I don't see the point of buying such software. The single virus, Flashback, has been eliminated by Apple's recent updates. The AVs on the market don't know what is coming next so they can't protect you from whatever it might be and, anyway, Apple will be all over it.

d_tisdal
d_tisdal

I use Intego AV, a company that offered av services before any of the others. They have qualified experience in protecting Macs. I've used Intego for almost 2 years now with no issues. It is not wise to think you don't need AV protection on a Mac.

khurtwilliams
khurtwilliams

If I understand that article correctly, installing AV on the Mac (despite the fact that Mac AV does nothing for Leopard, Snow Leopard, or Lion) would prevent Flashback so it's okay to spend $$ every year for mostly Windows virus definitions for that ONE vulnerability? Security is always a trade-off between risk and utility. AV on the Mac, just like AV on Windows, slows down the machine, often interferes with the running of legitimate apps, and sometime destabilizes the computer. I would prefer to keep my money and stay in the safe parts of the internet. When the threat becomes one where almost every web site is a potential threat I may reconsider my position.

jscott418-22447200638980614791982928182376
jscott418-22447200638980614791982928182376

I like Sophos, its low impact not intrusive and about right for the amount of threats for Mac's. Unfortunately not many are actually testing Anti Virus or security suites for Mac. We basically go by what writers like this recommend or what the developers of these Apps say. They may work on the current and next malware that comes out and they may not. Until things pick up a bit more in Mac malware. I suspect everyone is just waiting to see what happens. I know I am.

IT Pixie
IT Pixie

Since it's free, as is Comodo AV for Mac. And what about Intego Virus Barrier? It is supposedly written from scratch for Mac, instead of tweaking PC version into Mac version...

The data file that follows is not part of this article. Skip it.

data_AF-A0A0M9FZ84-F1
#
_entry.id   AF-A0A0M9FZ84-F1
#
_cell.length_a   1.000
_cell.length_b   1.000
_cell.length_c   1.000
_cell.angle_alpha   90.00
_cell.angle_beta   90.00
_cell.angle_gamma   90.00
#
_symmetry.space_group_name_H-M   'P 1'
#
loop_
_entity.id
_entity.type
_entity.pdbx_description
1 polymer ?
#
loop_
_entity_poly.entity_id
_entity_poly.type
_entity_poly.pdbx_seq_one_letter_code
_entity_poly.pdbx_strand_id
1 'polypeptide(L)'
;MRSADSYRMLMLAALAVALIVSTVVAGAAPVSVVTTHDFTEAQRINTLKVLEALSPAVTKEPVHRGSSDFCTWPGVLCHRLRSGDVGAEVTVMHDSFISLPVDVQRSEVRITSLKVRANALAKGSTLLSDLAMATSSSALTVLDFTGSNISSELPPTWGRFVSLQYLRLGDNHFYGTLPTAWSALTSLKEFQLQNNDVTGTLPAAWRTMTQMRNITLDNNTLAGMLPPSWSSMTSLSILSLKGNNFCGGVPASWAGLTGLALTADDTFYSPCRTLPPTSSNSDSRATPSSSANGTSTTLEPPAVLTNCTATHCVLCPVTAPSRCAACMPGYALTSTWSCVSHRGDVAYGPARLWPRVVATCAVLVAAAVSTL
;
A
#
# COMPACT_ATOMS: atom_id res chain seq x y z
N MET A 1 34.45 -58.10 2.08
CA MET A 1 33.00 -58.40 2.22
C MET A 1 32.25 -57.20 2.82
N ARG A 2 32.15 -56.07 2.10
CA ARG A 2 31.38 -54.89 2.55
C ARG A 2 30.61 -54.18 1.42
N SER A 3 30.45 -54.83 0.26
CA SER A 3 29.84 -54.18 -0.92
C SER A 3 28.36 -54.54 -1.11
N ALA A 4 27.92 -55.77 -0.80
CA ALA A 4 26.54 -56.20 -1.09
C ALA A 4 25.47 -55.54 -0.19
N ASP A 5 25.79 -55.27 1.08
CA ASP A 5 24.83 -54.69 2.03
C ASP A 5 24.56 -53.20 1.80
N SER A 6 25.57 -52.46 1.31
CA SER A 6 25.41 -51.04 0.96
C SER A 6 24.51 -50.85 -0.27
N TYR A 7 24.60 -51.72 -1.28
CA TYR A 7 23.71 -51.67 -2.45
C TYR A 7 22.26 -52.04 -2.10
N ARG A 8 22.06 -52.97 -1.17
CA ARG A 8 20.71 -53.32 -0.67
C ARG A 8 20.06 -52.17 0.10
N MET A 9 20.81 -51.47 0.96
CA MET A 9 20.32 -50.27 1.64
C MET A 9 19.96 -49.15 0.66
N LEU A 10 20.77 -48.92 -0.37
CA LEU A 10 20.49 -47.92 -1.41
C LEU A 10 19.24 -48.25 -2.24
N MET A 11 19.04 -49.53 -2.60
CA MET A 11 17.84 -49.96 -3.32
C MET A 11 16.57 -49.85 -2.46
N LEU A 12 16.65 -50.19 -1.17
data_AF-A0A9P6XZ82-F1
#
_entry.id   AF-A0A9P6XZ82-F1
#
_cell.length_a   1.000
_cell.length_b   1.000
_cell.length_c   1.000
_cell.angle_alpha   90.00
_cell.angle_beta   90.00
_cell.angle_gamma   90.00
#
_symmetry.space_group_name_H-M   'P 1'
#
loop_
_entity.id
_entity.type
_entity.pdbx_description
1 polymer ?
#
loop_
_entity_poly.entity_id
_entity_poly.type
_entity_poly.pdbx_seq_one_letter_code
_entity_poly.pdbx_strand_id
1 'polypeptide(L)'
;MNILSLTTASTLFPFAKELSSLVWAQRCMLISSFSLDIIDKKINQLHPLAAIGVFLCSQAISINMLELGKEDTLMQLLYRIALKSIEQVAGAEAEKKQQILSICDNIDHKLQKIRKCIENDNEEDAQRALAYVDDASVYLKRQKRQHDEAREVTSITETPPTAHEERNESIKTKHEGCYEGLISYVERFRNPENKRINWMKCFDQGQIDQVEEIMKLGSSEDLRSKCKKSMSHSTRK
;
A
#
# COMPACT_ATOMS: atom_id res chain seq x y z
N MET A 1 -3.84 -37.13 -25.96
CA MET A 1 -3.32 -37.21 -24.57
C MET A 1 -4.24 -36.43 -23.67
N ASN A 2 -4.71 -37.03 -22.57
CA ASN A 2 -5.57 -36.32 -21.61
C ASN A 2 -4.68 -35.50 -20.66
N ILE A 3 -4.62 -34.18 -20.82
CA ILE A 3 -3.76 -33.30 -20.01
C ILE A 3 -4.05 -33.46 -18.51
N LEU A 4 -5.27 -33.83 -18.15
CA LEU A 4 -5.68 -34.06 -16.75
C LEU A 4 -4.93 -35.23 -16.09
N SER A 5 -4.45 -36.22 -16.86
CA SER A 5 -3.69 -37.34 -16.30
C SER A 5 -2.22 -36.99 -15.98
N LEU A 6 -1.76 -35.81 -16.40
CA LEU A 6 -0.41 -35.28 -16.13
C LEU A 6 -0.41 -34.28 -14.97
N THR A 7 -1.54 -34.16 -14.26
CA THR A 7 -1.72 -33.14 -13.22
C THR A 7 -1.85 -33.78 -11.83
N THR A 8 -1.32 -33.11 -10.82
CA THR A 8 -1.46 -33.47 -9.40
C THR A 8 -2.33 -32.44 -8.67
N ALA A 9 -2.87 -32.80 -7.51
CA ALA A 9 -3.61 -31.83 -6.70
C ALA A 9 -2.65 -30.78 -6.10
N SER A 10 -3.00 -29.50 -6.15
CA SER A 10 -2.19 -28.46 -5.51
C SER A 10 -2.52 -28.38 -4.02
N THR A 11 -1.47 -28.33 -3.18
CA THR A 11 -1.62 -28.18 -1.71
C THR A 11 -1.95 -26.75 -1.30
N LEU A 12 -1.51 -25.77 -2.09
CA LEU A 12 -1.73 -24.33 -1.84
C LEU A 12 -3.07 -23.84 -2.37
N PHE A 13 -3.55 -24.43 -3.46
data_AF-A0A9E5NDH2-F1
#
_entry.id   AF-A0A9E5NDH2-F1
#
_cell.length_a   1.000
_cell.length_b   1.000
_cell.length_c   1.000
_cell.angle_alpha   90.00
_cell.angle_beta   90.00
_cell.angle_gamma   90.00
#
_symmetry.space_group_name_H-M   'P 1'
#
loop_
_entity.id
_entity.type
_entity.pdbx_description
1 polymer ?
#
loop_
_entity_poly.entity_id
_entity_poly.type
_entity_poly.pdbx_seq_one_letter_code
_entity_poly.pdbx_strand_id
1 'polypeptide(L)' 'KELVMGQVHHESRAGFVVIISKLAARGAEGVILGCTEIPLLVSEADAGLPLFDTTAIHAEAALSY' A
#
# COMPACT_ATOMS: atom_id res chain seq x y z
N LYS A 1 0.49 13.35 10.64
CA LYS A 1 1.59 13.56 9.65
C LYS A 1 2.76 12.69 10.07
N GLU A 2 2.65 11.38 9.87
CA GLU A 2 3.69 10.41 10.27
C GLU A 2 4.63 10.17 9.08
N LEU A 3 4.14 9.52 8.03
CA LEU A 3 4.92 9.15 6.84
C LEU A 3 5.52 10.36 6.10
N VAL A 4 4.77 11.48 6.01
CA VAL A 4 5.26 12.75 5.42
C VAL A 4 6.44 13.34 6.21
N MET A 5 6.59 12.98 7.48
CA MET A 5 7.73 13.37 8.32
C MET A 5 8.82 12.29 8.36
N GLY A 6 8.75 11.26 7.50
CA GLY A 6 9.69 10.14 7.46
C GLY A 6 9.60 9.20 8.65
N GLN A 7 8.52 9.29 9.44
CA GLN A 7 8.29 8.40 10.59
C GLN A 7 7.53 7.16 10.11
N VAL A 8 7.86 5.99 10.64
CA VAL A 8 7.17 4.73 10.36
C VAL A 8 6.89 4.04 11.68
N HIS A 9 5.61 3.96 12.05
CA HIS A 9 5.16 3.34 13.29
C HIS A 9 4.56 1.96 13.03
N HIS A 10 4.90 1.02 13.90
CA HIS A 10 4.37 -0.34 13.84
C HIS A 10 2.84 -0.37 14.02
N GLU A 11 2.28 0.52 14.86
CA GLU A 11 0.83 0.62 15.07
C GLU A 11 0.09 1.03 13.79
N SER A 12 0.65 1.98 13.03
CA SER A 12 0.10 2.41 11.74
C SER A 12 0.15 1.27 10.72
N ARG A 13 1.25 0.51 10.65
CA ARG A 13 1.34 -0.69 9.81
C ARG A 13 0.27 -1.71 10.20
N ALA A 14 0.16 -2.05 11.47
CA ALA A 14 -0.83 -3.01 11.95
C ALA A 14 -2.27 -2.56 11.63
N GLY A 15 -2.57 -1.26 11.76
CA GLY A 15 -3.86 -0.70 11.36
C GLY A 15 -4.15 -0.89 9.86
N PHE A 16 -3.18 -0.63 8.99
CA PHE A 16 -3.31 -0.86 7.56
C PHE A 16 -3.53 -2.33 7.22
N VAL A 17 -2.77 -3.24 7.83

Who Am I Really
Who Am I Really

in the film: "The Net" (1995) wasn't Gatekeeper the name of the "security suite" that had a nasty backdoor embedded in it?

caverdog
caverdog

As you specifically state Enterprise solutions, why not use a centrally managed, professional (Enterprise) solution? Are there any for Mac? McAfee and Symantec have a Mac OSX version and enterprise management solutions that include deployment, configuration, updating, etc. As every Malware protection product has configuration options, managing them from a central console is critical in a true enterprise.

derek
derek

for macs....

NewEnglandSucksAss
NewEnglandSucksAss

Too bad the idiotic Ubuntu is absolutely USELESS to create anything involving multimedia production.

spdragoo
spdragoo

IIRC, the group was called the Praetorians. What's ultimately scary about it, though, was that despite being limited by the 1990s technology, the plot of the movie fits neatly into today's world, where the "backdoor" ends up in so many systems that can affect your life: -- pharmacy & medical records (character was killed when his prescription was changed to a medication he was allergic to, then when admitted to the hospital he was administered the wrong medication) -- BMV (her driver's license record is switched with one of the group's members) -- aircraft systems (person's navigation system in his light plane takes him off course, & he crashes into a power plant) Just to name a few. Scary how much her life was initially ruined just by the manipulation of a few megabytes of data...

macmanjim
macmanjim

Yes it is. I find that it doesn't degrade performance like Norton does. Norton basically turns the computer into a pig.